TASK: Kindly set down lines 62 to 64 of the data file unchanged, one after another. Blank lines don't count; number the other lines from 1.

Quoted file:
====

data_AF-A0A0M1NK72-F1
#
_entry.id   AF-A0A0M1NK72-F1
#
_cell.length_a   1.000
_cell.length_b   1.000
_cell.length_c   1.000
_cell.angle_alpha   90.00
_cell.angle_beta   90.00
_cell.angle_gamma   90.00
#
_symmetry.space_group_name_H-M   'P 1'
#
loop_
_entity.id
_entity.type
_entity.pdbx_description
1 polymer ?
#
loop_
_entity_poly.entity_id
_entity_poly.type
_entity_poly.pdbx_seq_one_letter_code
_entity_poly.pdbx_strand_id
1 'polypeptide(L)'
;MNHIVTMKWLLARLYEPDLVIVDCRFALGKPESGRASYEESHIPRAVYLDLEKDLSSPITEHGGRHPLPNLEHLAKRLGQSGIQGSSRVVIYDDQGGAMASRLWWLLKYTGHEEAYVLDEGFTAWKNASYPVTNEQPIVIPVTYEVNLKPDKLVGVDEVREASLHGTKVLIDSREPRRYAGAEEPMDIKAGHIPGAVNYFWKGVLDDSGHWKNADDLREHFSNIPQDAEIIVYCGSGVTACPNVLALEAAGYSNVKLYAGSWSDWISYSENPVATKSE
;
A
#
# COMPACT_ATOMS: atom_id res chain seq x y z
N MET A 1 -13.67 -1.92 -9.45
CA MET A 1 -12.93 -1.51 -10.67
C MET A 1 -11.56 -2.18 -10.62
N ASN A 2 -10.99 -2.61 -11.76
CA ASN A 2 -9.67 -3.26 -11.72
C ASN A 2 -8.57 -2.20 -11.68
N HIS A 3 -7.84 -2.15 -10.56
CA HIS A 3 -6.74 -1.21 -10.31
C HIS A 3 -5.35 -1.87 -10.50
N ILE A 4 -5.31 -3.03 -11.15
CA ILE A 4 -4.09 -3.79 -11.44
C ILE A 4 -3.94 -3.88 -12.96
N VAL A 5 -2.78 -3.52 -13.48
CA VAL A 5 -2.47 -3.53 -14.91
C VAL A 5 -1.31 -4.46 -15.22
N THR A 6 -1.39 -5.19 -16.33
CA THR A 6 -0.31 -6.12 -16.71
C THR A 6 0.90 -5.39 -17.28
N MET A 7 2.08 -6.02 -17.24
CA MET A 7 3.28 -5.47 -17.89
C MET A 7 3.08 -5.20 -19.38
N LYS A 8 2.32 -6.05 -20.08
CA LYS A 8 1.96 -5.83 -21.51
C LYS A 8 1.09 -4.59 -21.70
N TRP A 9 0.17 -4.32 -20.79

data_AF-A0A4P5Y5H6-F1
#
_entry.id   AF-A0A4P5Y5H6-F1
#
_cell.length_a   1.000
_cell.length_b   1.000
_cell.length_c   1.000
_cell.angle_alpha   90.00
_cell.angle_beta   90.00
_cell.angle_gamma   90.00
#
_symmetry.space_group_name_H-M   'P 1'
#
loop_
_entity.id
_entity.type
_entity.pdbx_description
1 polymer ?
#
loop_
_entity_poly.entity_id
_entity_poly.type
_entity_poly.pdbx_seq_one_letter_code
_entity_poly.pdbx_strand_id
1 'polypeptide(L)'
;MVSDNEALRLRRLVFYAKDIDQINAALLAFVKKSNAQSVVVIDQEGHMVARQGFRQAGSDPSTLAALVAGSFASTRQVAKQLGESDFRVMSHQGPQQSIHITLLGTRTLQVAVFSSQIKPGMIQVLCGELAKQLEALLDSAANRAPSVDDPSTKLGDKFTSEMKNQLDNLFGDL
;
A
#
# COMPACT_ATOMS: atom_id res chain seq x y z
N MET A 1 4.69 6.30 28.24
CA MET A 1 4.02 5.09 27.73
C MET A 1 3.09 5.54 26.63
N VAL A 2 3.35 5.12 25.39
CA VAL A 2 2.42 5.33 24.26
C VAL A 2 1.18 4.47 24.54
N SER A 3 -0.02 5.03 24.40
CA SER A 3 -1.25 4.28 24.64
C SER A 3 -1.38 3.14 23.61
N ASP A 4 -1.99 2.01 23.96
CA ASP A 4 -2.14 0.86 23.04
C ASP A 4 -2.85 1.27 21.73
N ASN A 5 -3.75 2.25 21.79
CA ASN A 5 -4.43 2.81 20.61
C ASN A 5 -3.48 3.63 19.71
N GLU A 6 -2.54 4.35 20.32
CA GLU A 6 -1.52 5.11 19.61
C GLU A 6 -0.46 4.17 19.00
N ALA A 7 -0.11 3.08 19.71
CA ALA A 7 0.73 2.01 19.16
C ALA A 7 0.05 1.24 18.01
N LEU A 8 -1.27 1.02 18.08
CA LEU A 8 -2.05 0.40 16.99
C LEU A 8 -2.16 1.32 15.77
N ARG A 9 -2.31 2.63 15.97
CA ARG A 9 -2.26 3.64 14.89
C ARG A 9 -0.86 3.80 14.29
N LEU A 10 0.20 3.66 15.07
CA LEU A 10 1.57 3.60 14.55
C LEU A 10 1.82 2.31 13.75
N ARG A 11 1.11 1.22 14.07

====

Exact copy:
_cell.length_c   1.000
_cell.angle_alpha   90.00
_cell.angle_beta   90.00